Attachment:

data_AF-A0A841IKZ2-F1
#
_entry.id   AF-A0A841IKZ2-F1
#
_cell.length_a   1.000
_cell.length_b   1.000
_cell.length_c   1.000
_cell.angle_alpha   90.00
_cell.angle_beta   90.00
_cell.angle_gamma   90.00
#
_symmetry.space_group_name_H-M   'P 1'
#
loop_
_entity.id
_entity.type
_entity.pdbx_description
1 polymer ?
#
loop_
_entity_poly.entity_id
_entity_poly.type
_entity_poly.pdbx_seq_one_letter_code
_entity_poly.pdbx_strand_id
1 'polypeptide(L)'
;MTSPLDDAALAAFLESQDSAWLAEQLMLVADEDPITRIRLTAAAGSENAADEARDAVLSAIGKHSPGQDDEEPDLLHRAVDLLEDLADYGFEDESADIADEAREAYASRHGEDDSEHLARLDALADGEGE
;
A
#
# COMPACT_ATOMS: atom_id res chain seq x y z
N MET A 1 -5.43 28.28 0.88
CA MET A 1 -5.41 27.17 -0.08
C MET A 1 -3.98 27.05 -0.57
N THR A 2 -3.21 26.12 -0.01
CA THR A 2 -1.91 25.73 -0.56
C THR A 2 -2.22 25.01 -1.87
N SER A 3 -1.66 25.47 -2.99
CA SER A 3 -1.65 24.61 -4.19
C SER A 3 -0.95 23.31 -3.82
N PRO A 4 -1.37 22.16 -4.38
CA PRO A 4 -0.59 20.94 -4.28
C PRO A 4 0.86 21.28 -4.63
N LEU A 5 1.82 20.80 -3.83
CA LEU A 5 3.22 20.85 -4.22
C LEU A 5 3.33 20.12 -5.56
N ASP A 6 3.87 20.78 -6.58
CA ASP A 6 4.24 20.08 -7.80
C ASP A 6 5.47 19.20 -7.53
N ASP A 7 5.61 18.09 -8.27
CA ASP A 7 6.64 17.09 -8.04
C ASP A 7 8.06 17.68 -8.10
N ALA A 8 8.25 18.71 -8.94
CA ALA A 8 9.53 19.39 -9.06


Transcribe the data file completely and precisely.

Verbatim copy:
data_AF-A0A841IKZ2-F1
#
_entry.id   AF-A0A841IKZ2-F1
#
_cell.length_a   1.000
_cell.length_b   1.000
_cell.length_c   1.000
_cell.angle_alpha   90.00
_cell.angle_beta   90.00
_cell.angle_gamma   90.00
#
_symmetry.space_group_name_H-M   'P 1'
#
loop_
_entity.id
_entity.type
_entity.pdbx_description
1 polymer ?
#
loop_
_entity_poly.entity_id
_entity_poly.type
_entity_poly.pdbx_seq_one_letter_code
_entity_poly.pdbx_strand_id
1 'polypeptide(L)'
;MTSPLDDAALAAFLESQDSAWLAEQLMLVADEDPITRIRLTAAAGSENAADEARDAVLSAIGKHSPGQDDEEPDLLHRAVDLLEDLADYGFEDESADIADEAREAYASRHGEDDSEHLARLDALADGEGE
;
A
#
# COMPACT_ATOMS: atom_id res chain seq x y z
N MET A 1 -5.43 28.28 0.88
CA MET A 1 -5.41 27.17 -0.08
C MET A 1 -3.98 27.05 -0.57
N THR A 2 -3.21 26.12 -0.01
CA THR A 2 -1.91 25.73 -0.56
C THR A 2 -2.22 25.01 -1.87
N SER A 3 -1.66 25.47 -2.99
CA SER A 3 -1.65 24.61 -4.19
C SER A 3 -0.95 23.31 -3.82
N PRO A 4 -1.37 22.16 -4.38
CA PRO A 4 -0.59 20.94 -4.28
C PRO A 4 0.86 21.28 -4.63
N LEU A 5 1.82 20.80 -3.83
CA LEU A 5 3.22 20.85 -4.22
C LEU A 5 3.33 20.12 -5.56
N ASP A 6 3.87 20.78 -6.58
CA ASP A 6 4.24 20.08 -7.80
C ASP A 6 5.47 19.20 -7.53
N ASP A 7 5.61 18.09 -8.27
CA ASP A 7 6.64 17.09 -8.04
C ASP A 7 8.06 17.68 -8.10
N ALA A 8 8.25 18.71 -8.94
CA ALA A 8 9.53 19.39 -9.06